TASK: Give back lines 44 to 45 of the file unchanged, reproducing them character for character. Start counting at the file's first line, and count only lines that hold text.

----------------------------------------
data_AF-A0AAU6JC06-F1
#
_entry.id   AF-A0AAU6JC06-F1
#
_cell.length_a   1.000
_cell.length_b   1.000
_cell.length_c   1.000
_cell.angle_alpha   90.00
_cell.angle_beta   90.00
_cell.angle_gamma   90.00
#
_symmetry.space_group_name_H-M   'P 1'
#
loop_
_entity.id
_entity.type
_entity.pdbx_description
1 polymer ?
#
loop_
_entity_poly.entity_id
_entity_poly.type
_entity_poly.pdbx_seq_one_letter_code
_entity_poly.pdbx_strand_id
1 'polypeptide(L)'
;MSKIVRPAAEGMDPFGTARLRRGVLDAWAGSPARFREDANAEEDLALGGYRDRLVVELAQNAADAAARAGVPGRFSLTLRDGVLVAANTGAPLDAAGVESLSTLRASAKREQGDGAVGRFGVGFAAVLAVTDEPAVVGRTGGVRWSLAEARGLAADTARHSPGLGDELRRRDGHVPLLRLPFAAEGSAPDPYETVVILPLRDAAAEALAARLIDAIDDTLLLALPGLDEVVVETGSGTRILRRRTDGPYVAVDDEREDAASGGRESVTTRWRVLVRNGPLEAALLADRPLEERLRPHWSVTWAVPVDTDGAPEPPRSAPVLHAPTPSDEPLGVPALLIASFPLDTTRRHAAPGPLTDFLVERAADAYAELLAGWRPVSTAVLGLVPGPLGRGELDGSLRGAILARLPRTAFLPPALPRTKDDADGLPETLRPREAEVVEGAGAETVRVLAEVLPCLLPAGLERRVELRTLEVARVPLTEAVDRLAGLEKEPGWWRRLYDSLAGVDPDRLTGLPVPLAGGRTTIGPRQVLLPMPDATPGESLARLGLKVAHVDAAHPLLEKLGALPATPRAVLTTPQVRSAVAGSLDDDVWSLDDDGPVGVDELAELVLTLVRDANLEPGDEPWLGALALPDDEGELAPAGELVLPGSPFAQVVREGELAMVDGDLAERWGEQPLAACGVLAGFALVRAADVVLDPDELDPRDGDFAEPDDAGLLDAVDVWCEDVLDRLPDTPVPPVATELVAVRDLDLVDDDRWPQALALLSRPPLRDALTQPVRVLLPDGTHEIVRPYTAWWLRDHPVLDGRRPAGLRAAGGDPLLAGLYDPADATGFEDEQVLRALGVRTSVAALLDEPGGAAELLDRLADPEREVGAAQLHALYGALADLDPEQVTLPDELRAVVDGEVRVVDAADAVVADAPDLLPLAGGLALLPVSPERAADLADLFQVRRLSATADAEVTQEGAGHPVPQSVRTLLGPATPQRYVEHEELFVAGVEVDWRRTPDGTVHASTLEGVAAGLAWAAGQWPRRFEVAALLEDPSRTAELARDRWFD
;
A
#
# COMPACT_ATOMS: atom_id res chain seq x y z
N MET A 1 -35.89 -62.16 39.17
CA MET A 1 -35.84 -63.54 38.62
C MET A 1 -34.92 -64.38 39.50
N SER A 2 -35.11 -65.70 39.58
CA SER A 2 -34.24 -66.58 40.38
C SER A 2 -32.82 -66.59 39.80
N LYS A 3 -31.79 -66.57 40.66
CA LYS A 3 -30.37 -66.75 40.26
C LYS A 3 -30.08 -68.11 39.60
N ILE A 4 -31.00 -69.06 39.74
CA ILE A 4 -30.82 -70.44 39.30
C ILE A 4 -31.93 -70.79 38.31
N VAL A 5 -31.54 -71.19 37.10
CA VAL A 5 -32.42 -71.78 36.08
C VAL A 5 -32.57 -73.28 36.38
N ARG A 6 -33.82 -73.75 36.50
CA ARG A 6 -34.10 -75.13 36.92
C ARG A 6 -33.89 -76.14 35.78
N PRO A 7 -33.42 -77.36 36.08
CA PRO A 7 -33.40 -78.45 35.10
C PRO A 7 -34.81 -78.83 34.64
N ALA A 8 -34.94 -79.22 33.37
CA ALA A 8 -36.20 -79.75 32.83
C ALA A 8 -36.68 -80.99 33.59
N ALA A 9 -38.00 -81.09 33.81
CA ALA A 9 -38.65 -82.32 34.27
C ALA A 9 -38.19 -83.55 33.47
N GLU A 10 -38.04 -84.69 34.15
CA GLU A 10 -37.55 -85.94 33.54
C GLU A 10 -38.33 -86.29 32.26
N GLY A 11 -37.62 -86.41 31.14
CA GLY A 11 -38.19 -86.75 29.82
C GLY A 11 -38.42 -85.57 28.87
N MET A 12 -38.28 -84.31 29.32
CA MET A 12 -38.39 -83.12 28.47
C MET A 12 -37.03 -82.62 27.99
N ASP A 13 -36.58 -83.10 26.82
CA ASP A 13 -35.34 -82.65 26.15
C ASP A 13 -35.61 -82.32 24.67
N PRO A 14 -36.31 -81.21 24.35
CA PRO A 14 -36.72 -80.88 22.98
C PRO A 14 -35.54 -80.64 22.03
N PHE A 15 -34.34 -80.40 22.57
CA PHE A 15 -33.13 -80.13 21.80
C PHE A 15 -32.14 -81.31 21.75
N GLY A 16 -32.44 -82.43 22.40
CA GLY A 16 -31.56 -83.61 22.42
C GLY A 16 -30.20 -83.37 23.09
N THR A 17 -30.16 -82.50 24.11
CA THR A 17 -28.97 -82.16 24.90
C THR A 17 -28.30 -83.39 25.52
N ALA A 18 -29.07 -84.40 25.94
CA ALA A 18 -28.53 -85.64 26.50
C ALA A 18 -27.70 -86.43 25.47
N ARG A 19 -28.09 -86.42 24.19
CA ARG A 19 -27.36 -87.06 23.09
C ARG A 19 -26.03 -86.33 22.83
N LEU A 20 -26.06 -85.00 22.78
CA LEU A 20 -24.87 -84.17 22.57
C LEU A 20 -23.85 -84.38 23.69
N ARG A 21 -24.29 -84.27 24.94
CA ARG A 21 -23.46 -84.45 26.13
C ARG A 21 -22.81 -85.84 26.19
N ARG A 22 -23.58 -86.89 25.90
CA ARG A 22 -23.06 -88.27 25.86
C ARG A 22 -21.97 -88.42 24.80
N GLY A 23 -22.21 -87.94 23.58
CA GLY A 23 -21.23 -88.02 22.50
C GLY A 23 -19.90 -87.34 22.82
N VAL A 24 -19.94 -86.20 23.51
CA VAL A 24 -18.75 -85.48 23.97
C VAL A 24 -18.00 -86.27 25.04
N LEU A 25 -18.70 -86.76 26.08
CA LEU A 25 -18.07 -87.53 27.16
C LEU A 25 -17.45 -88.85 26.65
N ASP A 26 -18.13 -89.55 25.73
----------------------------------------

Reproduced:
CA VAL A 5 -32.42 -71.78 36.08
C VAL A 5 -32.57 -73.28 36.38